Daniel, meanwhile, had noticed an empty building at 43rd and Baltimore and teamed up with his brother-in-law to transform the corner spot into the first Green Line Cafe. It was a race to see which would be born first: the baby or the restaurant.
Emilia arrived in November 2002; the cafe opened the following January. "I remember that as a really happy time," Karla says. "Daniel would leave to go to the cafe, then come back and bring me coffee, just to see the baby again."
While they worked on conceiving a second child, they took a summertime cross-country trip - Emilia was 3½ at the time - traveling in a pop-up van from the California coast through Oregon to Yellowstone and South Dakota. By October, Karla was pregnant.
They told Emilia, cautioning her not to share the news for a while. But when they pulled up to the Green Line Cafe the next day, Emilia leaned from the window and yelled to her aunt, "My mom has a baby in her belly, but it's a secret!"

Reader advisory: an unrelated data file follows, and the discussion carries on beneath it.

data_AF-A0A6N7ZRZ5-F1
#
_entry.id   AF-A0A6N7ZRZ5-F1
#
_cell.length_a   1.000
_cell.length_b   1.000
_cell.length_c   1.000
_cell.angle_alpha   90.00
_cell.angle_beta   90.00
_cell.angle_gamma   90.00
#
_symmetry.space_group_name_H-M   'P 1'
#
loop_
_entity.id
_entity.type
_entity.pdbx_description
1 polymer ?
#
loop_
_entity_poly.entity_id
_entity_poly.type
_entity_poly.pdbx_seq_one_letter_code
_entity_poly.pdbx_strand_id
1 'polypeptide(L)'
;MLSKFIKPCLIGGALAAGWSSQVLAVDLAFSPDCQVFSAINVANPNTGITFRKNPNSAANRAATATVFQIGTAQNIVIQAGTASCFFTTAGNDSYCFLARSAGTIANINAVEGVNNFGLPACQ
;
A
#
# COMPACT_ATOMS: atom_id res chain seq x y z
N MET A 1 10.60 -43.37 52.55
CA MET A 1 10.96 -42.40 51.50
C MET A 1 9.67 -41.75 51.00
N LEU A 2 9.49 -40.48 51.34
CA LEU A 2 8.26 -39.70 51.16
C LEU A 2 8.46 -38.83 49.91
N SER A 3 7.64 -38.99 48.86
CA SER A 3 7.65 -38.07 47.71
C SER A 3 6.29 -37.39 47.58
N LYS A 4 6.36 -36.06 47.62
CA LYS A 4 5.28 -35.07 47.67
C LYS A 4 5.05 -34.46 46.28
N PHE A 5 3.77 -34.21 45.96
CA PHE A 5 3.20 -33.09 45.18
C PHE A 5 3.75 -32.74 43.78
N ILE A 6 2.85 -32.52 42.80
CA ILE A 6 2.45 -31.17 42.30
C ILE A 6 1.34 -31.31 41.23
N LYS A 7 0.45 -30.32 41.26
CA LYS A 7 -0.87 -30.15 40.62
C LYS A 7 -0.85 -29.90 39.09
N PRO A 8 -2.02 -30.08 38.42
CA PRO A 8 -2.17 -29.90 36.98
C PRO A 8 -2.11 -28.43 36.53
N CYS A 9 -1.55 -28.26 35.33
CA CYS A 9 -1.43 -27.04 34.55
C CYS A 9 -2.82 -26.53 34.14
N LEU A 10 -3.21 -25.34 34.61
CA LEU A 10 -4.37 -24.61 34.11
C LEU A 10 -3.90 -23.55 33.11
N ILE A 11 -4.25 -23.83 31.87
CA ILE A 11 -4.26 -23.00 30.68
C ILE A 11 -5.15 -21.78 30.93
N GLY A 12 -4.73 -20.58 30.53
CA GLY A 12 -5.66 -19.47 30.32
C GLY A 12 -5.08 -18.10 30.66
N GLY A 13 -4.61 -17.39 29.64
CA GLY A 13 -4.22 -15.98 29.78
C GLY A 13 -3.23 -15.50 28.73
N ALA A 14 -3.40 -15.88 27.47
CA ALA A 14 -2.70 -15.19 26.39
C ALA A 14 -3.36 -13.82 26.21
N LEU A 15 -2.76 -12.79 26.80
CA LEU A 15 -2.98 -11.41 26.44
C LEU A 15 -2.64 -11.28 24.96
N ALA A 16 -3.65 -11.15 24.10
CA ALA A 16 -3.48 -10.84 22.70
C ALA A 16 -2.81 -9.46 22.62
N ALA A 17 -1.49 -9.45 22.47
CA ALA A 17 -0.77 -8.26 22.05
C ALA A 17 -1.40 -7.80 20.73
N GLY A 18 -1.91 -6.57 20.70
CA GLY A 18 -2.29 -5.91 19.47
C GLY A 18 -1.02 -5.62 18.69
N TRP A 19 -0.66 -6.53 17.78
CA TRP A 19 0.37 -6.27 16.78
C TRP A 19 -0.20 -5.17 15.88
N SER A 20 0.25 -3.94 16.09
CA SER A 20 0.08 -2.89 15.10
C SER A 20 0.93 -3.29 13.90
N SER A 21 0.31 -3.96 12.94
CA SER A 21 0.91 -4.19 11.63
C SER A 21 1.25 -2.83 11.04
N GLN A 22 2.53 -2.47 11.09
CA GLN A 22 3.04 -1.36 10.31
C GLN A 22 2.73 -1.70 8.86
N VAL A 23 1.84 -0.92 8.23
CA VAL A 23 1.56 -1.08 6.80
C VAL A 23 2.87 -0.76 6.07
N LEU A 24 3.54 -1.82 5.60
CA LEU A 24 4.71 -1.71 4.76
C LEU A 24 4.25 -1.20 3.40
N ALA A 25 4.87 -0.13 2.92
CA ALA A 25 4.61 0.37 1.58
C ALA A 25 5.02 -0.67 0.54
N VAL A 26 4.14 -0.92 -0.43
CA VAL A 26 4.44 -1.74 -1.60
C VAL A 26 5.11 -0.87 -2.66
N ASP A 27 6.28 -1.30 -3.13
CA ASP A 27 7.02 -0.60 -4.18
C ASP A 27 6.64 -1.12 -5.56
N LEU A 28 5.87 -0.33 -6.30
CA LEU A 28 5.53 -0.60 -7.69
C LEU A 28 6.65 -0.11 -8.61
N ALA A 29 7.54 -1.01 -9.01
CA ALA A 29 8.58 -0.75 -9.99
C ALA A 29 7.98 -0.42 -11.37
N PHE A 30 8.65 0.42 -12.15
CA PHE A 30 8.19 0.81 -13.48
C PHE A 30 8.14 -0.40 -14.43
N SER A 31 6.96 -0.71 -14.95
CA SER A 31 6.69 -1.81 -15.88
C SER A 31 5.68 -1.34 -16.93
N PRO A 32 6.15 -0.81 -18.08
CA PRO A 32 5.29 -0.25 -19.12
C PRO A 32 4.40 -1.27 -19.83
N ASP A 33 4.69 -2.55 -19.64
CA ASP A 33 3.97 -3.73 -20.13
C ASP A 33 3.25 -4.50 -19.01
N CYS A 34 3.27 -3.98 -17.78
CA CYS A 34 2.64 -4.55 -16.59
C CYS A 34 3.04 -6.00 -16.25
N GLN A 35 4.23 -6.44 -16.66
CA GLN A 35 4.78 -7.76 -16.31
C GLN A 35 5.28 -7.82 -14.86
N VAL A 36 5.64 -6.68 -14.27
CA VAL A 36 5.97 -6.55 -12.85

This time, Karla's labor was induced, and the baby, unlike her very vocal sister, didn't cry right away. "She came out, clearly alert, and looked around and yawned," Daniel remembers.
Over the next few years, Daniel would periodically point to someone's infant and ask, "Wouldn't it be nice to have a baby?" or glance at the family and say, "Don't you think there's someone missing at our dinner table?"
"When I was 39, I had this overwhelming feeling that maybe I did want to have another one," Karla says. "I came home and said, 'OK, let's do it.' I found out I was pregnant on my 40th birthday."